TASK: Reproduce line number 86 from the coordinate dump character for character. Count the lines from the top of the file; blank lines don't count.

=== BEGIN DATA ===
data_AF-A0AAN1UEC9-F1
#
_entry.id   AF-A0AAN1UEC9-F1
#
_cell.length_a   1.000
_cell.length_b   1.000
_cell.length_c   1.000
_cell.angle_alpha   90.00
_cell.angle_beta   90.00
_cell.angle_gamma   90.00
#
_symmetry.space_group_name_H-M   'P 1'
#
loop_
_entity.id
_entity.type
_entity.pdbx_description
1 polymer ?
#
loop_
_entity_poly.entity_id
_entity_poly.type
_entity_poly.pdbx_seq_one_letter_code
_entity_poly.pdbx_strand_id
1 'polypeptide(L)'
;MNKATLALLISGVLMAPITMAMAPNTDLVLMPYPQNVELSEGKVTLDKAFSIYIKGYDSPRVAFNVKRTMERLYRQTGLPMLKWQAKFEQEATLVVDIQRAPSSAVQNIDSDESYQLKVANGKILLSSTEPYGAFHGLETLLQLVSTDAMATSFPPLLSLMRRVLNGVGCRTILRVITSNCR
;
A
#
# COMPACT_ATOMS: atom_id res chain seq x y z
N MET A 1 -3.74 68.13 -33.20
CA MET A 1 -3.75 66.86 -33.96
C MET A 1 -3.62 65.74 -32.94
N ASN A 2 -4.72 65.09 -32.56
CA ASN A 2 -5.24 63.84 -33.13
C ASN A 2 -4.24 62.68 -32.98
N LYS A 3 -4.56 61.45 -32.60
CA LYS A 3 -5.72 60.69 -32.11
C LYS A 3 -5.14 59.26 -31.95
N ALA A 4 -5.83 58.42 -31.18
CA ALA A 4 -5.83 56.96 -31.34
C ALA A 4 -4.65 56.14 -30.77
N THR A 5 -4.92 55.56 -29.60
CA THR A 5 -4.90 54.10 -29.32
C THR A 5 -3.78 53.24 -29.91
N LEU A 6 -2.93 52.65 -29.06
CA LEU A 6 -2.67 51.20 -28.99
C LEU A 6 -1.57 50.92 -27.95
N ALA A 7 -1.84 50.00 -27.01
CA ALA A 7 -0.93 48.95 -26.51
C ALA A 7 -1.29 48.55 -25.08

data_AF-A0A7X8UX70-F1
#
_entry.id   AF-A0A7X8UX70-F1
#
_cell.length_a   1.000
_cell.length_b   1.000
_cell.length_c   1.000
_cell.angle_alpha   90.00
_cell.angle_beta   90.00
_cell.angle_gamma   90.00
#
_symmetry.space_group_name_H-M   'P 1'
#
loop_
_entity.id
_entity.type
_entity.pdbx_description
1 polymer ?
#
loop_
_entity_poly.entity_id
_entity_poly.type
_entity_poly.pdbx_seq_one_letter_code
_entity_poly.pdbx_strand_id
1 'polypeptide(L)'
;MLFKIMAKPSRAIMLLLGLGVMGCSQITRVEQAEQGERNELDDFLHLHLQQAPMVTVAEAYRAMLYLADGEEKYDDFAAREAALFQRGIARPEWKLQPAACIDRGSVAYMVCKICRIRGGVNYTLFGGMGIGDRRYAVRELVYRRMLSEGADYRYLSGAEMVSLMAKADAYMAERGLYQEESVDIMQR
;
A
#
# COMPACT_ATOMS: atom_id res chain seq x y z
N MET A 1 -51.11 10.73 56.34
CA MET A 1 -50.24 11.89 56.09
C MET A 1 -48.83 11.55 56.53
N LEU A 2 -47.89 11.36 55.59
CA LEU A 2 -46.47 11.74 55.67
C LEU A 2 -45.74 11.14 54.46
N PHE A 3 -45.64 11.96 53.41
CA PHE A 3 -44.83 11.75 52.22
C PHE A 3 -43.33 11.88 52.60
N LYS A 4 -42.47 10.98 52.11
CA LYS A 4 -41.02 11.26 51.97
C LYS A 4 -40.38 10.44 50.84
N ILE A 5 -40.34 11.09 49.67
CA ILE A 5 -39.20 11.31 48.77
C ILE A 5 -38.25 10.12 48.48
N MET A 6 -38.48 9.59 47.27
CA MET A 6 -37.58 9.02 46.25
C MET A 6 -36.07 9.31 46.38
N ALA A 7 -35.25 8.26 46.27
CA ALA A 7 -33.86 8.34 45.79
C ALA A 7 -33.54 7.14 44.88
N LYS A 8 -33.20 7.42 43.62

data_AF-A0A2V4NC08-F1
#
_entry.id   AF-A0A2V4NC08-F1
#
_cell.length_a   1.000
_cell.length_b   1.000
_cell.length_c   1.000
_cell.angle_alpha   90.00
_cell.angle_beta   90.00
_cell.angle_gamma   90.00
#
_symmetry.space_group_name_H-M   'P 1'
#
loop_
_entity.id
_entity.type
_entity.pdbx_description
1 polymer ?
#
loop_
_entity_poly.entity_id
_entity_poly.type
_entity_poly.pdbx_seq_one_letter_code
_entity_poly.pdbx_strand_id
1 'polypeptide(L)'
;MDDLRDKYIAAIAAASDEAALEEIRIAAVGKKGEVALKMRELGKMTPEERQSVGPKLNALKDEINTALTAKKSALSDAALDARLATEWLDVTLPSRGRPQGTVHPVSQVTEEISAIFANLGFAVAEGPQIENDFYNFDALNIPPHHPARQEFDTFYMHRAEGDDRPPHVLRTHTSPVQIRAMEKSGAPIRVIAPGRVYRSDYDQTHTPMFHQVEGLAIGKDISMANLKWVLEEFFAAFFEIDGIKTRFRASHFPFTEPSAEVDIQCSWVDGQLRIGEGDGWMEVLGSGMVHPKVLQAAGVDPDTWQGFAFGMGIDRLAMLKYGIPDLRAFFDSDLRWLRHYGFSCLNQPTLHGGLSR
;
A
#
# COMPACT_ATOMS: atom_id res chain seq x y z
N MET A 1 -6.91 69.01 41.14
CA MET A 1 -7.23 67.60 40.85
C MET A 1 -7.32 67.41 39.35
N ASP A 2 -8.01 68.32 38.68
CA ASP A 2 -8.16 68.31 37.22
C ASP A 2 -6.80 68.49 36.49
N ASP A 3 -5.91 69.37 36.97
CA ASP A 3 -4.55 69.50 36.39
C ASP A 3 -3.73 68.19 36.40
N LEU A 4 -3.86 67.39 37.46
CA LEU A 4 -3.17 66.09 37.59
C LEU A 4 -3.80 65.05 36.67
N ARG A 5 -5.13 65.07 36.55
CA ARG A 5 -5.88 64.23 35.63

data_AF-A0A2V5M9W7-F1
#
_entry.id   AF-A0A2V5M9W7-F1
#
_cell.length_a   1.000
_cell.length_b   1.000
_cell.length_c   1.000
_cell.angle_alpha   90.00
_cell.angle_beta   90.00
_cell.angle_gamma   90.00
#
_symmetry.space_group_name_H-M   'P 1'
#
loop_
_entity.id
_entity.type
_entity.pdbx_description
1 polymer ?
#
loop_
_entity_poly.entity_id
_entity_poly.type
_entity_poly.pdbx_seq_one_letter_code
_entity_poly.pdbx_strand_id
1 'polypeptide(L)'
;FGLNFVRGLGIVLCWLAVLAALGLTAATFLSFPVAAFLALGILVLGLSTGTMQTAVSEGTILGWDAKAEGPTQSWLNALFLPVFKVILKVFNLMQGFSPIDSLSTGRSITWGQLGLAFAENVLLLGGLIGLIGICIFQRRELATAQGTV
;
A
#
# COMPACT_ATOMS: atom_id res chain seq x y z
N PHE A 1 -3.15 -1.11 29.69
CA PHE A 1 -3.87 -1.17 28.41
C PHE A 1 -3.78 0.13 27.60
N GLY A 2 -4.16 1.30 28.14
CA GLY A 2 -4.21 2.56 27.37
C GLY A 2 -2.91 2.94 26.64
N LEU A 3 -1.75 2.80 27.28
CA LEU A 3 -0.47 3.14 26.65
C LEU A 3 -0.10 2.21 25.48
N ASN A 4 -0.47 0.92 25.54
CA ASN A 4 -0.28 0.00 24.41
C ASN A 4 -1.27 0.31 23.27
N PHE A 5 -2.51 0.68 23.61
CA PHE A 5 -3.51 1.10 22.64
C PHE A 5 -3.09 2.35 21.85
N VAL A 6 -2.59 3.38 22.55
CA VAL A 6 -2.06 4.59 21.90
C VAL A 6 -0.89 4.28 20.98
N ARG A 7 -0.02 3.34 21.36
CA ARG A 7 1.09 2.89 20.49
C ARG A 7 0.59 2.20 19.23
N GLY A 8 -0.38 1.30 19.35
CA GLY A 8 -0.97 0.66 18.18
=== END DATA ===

CA LEU A 2 -46.47 11.74 55.67